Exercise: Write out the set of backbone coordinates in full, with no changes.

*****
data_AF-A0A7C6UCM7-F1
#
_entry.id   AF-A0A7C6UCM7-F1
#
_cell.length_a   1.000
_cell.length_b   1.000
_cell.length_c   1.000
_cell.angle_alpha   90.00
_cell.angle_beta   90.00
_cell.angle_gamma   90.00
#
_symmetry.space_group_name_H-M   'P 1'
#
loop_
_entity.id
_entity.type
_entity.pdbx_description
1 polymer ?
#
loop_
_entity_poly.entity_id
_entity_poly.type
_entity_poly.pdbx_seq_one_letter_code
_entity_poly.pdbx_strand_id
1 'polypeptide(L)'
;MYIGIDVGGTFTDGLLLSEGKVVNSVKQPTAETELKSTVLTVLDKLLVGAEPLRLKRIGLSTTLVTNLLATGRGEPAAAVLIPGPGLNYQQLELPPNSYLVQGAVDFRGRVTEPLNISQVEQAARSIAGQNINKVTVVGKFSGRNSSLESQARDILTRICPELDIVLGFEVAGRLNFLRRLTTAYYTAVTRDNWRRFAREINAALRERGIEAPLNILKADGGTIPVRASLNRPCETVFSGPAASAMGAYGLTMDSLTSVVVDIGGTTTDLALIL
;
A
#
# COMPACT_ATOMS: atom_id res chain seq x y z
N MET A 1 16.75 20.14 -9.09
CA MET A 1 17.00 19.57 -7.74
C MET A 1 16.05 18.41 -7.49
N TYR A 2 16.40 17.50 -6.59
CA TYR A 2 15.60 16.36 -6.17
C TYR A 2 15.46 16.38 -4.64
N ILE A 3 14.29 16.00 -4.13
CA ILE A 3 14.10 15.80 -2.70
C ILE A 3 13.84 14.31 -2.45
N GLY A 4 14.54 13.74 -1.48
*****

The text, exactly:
data_AF-A0A7C6UCM7-F1
#
_entry.id   AF-A0A7C6UCM7-F1
#
_cell.length_a   1.000
_cell.length_b   1.000
_cell.length_c   1.000
_cell.angle_alpha   90.00
_cell.angle_beta   90.00
_cell.angle_gamma   90.00
#
_symmetry.space_group_name_H-M   'P 1'
#
loop_
_entity.id
_entity.type
_entity.pdbx_description
1 polymer ?
#
loop_
_entity_poly.entity_id
_entity_poly.type
_entity_poly.pdbx_seq_one_letter_code
_entity_poly.pdbx_strand_id
1 'polypeptide(L)'
;MYIGIDVGGTFTDGLLLSEGKVVNSVKQPTAETELKSTVLTVLDKLLVGAEPLRLKRIGLSTTLVTNLLATGRGEPAAAVLIPGPGLNYQQLELPPNSYLVQGAVDFRGRVTEPLNISQVEQAARSIAGQNINKVTVVGKFSGRNSSLESQARDILTRICPELDIVLGFEVAGRLNFLRRLTTAYYTAVTRDNWRRFAREINAALRERGIEAPLNILKADGGTIPVRASLNRPCETVFSGPAASAMGAYGLTMDSLTSVVVDIGGTTTDLALIL
;
A
#
# COMPACT_ATOMS: atom_id res chain seq x y z
N MET A 1 16.75 20.14 -9.09
CA MET A 1 17.00 19.57 -7.74
C MET A 1 16.05 18.41 -7.49
N TYR A 2 16.40 17.50 -6.59
CA TYR A 2 15.60 16.36 -6.17
C TYR A 2 15.46 16.38 -4.64
N ILE A 3 14.29 16.00 -4.13
CA ILE A 3 14.10 15.80 -2.70
C ILE A 3 13.84 14.31 -2.45
N GLY A 4 14.54 13.74 -1.48